Commentary on the Real Estate and Housing Market as of 10/10/07
by Peter L. Zachary, MAI
I concluded in last month's "Commentary" that pricing pressures on home prices will continue.
The publicity and public outcry about the sub-prime mortgage crisis has abated somewhat although our legislators are busy trying to pass legislation to prevent mortgage abuses from happening again. On September 24, 2007, the New York City Metro Chapter of the Appraisal Institute held an appraisal seminar where Senator Charles Schumer of New York (D-NY) was the keynote speaker. I was impressed by his knowledge of the abuses that have occurred in the home finance industry. He cited an example of how a man refinanced his home for an additional $50,000 and walked away from the closing with a check for $5,700. He is working on a legislation to stop the abuses in the mortgage market. On September 27, 2007, the Appraisal Institute held a Washington Summit in Washington DC and a speaker from Congressman Paul Kanjorski's office, Todd Harper, spoke about the proposed legislation Congressman Kanjorski is planning to propose.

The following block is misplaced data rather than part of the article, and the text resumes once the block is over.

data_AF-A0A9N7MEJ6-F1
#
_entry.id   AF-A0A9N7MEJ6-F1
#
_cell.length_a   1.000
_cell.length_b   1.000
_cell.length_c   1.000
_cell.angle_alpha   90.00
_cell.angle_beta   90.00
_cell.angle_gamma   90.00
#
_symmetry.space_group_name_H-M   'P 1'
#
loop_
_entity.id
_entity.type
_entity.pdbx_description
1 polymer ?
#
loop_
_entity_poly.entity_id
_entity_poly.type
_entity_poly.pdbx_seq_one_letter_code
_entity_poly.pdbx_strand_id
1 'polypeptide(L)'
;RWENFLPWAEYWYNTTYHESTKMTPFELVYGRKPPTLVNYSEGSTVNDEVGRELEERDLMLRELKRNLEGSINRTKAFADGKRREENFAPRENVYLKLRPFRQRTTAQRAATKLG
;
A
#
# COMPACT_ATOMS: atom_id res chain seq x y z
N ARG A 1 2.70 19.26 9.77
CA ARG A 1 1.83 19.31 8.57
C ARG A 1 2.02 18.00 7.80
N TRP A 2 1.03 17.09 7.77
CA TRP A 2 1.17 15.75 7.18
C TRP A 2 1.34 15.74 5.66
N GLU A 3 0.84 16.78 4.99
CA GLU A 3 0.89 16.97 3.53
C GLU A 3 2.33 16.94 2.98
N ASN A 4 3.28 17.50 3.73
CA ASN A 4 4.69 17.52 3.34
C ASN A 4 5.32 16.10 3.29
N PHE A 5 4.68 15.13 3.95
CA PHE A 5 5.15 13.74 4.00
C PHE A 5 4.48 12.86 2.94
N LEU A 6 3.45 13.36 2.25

I have advised both of these politicians of the need to eliminate the "mortgage broker's premium", which is a fee paid to the mortgage broker by the mortgage lender who is providing the financing. The fee is paid because the mortgage broker convinces the home owner that the interest rate they have to pay is higher than the prevailing interest rate. The lender pays the broker a fee of 1% to 8% of the mortgage amount depending on the interest rate agreed to. It works like this, if a homeowner (through the mortgage broker) agrees to pay the lender ¼% more than the prevailing interest rate, the lender pays the mortgage broker 2% fee. The homeowner doesn't pay the broker, the lender pays the broker. However, the homeowner's agreement to pay a higher interest rate is the reason the lender paying the fee. They pay this fee because the homeowner has agreed to pay a higher interest rate than normal.
For example, on a $500,000 loan where the interest rate is 6¼% versus 6%, the increase in annual interest, for a 10-year period is as follows:
$500,000 x 6.25% = $31,250 x $10 years = $312,500
$500,000 x 6.00% = $30,000 x $10 years = $300,000
Additional Interest Cost Over 10 Years: $12,500